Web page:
‘Clearly not Flann’: Robert Farren, aka Roibéard Ó Faracháin, the poet.

O’Nolan spent his career pretending to be other people.  And sometimes even the other people were not who they were supposed to be

Novena of poems:   Caitríona Ní Chléirchín   reads “In Memory of My Mother” at the graveside of  Patrick Kavanagh in Inniskeen, Co Monaghan, as part of a tribute to mark the 50th anniversary of  his death. Photograph: Alan Betson/The Irish Times

Ceremony in Inniskeen celebrates ‘Stony Grey Soil’ poet 50 years after his death

The Republic of Ireland’s James McClean (right) and Daryl Murphy stand dejected after a 5-1 defeat to Denmark on Tuesday night ended their World Cup qualification hopes. Photograph: Ryan Byrne/Inpho

Norsemen cast cold eye on best efforts of O’Neill’s men, then pass by, en route to Russia

‘Call me a grinch, if you like, but I suffer a just-as-visceral reaction to the grotesquely-premature lights that are already decorating some Dublin shops.’ Photograph: Getty Images

Many famous verifiers breathed their last in the eleventh month, including Kavanagh and Wilde and Milton

‘The writer said Conor McGregor had grown up in “the Gaelic speaking, council estate badlands of Tallaght, south of Dublin”.’ Photograph: David Sleator/The Irish Times

‘Suddenly, I was in Leopold Bloom’s kitchen, circa 1904, trying to fry kidneys (which burned, with the result that I smelled smoke(...)

Storm Ophelia passing Porthcawl in Wales. Photograph: Rebecca Naden/Reuters

Translated from the original Gaelic (and other sources)

Sheep thrills: Irish fans celebrate Ireland’s goal by James McClean at the Woolshed in Dublin’s Parnell Street. Photograph: Cyril Byrne

They had gathered in the Woolshed pub, but the cheers turned to bleats of disappointment

The crowd in the Aviva Stadium was in general on the small side, physically if not in numbers. Photograph:  Tommy Dickson/Inpho

Moldovan TV crew’s prediction was right: three handy points for the hosts

The Marquis de Favra

A man who will misuse an apostrophe is capable of anything, as Con Houlihan knew

Mayo supporting pupils from Scoil Mhuire NS, Stephen Murphy, Ruairí Kernan, Tomás Thornton and Oran Malone surrounded by fellow Dublin supporting pupils on the eve of the All-Ireland football final between Dublin and Mayo. Photograph: Alan Betson

Pupils in Marino’s Scoil Mhuire and a landmark building hold their own against the blue tide

Serbian fans outside the Aviva Stadium. Photograph: Morgan Treacy/Inpho

The Serbian fans’ confidence ahead of the match against Ireland proves well-founded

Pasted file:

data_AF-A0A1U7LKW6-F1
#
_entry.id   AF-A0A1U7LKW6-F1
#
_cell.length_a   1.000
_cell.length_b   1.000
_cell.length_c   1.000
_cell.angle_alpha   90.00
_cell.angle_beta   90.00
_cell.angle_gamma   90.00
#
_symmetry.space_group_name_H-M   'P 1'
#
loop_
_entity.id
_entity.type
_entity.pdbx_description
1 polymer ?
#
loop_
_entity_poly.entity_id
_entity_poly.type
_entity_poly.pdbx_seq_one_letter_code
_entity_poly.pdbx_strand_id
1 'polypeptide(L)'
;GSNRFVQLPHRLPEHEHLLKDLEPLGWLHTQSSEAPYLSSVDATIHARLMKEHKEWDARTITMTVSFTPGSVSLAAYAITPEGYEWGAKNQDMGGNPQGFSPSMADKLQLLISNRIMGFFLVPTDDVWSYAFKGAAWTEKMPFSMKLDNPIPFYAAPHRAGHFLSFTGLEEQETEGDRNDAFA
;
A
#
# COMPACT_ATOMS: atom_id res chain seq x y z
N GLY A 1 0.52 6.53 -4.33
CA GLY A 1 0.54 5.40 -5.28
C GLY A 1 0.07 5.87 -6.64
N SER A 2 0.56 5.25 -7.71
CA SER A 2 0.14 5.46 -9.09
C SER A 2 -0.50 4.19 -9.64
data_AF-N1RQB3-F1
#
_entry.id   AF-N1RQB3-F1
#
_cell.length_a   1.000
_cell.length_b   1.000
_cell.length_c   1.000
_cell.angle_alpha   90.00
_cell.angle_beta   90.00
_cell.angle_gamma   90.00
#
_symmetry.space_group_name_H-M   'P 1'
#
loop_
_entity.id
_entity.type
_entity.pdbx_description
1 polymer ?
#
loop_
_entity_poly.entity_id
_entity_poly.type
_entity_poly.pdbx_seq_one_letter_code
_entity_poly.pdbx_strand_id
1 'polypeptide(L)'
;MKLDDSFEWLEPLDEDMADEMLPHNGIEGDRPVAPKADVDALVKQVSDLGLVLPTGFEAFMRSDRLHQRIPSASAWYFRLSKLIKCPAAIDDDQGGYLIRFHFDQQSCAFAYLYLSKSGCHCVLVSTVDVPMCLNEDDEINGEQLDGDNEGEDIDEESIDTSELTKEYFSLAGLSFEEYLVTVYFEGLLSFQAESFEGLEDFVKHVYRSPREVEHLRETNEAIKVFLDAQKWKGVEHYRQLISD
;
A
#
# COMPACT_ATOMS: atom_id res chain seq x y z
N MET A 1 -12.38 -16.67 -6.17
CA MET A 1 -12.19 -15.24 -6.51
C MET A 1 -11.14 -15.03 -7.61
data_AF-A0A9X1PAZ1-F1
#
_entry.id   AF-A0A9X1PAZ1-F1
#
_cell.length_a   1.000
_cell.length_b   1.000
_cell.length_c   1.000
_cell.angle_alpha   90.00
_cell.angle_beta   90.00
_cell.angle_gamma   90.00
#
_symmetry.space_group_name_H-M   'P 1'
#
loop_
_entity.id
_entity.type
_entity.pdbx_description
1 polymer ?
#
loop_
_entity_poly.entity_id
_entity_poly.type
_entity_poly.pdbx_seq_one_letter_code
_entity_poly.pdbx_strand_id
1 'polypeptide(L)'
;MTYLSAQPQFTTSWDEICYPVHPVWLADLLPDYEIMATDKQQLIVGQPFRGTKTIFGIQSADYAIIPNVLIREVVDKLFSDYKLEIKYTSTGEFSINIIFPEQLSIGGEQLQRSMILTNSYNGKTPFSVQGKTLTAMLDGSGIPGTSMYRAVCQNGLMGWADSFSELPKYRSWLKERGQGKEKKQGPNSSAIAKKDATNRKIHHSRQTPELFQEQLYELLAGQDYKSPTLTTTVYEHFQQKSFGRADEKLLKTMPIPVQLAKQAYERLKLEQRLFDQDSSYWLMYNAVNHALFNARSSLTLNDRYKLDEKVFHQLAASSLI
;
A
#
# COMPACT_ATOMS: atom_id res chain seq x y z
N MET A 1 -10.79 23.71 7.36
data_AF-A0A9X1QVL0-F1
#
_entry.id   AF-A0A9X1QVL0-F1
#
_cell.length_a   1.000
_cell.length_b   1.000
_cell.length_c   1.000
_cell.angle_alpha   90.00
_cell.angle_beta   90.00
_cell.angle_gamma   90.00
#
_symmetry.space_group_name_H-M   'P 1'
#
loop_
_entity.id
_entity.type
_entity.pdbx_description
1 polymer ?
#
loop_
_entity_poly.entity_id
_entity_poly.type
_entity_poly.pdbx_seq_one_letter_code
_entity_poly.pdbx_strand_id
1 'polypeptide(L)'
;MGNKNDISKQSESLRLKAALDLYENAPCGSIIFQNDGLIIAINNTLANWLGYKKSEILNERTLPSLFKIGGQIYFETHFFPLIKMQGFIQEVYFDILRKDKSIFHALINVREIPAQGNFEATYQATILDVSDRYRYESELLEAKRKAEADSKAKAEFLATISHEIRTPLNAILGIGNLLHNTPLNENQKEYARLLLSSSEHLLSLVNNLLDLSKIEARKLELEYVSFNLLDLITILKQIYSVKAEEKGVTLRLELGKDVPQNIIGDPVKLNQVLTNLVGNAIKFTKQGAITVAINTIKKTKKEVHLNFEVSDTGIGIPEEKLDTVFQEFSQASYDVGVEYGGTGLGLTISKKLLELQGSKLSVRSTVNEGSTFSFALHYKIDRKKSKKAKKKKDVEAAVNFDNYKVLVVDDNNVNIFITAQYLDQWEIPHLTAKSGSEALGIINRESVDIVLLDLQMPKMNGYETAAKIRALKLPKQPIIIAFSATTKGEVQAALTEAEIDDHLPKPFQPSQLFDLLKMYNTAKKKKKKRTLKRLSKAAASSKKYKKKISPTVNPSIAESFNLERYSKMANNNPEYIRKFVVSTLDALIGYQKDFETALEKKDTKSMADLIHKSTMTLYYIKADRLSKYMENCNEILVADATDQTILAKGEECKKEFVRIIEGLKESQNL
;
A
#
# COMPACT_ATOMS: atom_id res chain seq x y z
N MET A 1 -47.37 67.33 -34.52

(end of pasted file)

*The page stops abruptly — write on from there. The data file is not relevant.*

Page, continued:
‘Among the better-known guests to have stayed in the Railway Hotel was George Bernard Shaw, who became intimately connected with C(...)

At least part of Francis Ledwidge’s decision to go to war may have been simple economics. Photograph: Hulton Archive/Getty Images

Centenary commemorations will remember Francis Ledwidge this weekend

 Chris Darwin, four generations removed from the great man,   had the misfortune of failing his biology exams. Inevitably, he was nicknamed “the missing link”. Above, at the RIA this week.

How Emma Darwin held the fate of ‘The Origin of Species’ in her hands

Brian O’Nolan: wrote his long-running ‘Irish Times’ column, ‘Cruiskeen Lawn’, from 1940 until 1966 under the pseudonym of Myles na gCopaleen.

Biennial academic conference on Flann O’Brien in Austria shows his global appeal

Throwaway returns to  the winner’s enclosure after winning the Gold Cup at Ascot in 1904

The alleged Gold Cup scandal of 1904 was among this year's colourful Bloomsday talks

The children of Disraeli's path out of EUgypt has been beset by a fearsome tribe known as the Corbynites

Increasingly frustrated Ireland supporters: Wes Hoolahan’s 71st-minute arrival was greeted as if he were the coming of the cavalry in person. Photograph: Niall Carson/PA Wire

Frank McNally: Late charge after cavalry’s arrival not enough to see off invaders

The Berkeley Pit in Butte, Montana, the US.

The Montana explosion was nearer the battlefields of first World War than anyone knew

Willie Redmond’s grave. Nearby, in  Locre Hospice Cemetery, his   former comrades repose beneath the more conventional headstones of the Commonwealth War Graves Commission

Like Redmond, Francis Ledwidge was to die on the first day of a battle

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